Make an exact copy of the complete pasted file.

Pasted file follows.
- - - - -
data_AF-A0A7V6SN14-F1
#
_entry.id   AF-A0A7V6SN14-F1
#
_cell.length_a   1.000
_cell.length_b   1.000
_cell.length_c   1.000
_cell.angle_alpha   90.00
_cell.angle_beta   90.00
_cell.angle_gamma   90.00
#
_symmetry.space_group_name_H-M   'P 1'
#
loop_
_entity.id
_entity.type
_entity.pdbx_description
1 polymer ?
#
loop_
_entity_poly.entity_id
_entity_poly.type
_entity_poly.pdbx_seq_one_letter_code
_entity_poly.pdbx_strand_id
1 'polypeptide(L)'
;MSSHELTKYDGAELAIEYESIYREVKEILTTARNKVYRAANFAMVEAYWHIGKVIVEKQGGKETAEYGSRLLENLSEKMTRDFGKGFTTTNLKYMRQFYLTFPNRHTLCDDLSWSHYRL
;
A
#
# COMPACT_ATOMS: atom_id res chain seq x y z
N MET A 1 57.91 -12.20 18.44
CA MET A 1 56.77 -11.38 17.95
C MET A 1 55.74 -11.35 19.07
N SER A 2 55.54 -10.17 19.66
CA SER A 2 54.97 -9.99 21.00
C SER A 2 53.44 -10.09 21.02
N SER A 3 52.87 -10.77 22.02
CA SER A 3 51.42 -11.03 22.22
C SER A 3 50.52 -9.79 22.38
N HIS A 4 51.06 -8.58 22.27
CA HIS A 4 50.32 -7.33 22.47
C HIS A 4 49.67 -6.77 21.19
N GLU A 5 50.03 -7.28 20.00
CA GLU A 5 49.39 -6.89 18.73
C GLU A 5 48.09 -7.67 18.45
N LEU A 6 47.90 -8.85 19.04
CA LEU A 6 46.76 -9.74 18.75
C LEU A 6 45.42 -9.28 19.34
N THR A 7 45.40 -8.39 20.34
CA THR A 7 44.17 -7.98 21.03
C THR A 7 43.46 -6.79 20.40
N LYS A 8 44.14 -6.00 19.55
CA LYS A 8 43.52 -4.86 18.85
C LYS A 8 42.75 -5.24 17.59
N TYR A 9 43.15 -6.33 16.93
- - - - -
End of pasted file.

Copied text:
data_AF-A0A7V6SN14-F1
#
_entry.id   AF-A0A7V6SN14-F1
#
_cell.length_a   1.000
_cell.length_b   1.000
_cell.length_c   1.000
_cell.angle_alpha   90.00
_cell.angle_beta   90.00
_cell.angle_gamma   90.00
#
_symmetry.space_group_name_H-M   'P 1'
#
loop_
_entity.id
_entity.type
_entity.pdbx_description
1 polymer ?
#
loop_
_entity_poly.entity_id
_entity_poly.type
_entity_poly.pdbx_seq_one_letter_code
_entity_poly.pdbx_strand_id
1 'polypeptide(L)'
;MSSHELTKYDGAELAIEYESIYREVKEILTTARNKVYRAANFAMVEAYWHIGKVIVEKQGGKETAEYGSRLLENLSEKMTRDFGKGFTTTNLKYMRQFYLTFPNRHTLCDDLSWSHYRL
;
A
#
# COMPACT_ATOMS: atom_id res chain seq x y z
N MET A 1 57.91 -12.20 18.44
CA MET A 1 56.77 -11.38 17.95
C MET A 1 55.74 -11.35 19.07
N SER A 2 55.54 -10.17 19.66
CA SER A 2 54.97 -9.99 21.00
C SER A 2 53.44 -10.09 21.02
N SER A 3 52.87 -10.77 22.02
CA SER A 3 51.42 -11.03 22.22
C SER A 3 50.52 -9.79 22.38
N HIS A 4 51.06 -8.58 22.27
CA HIS A 4 50.32 -7.33 22.47
C HIS A 4 49.67 -6.77 21.19
N GLU A 5 50.03 -7.28 20.00
CA GLU A 5 49.39 -6.89 18.73
C GLU A 5 48.09 -7.67 18.45
N LEU A 6 47.90 -8.85 19.04
CA LEU A 6 46.76 -9.74 18.75
C LEU A 6 45.42 -9.28 19.34
N THR A 7 45.40 -8.39 20.34
CA THR A 7 44.17 -7.98 21.03
C THR A 7 43.46 -6.79 20.40
N LYS A 8 44.14 -6.00 19.55
CA LYS A 8 43.52 -4.86 18.85
C LYS A 8 42.75 -5.24 17.59
N TYR A 9 43.15 -6.33 16.93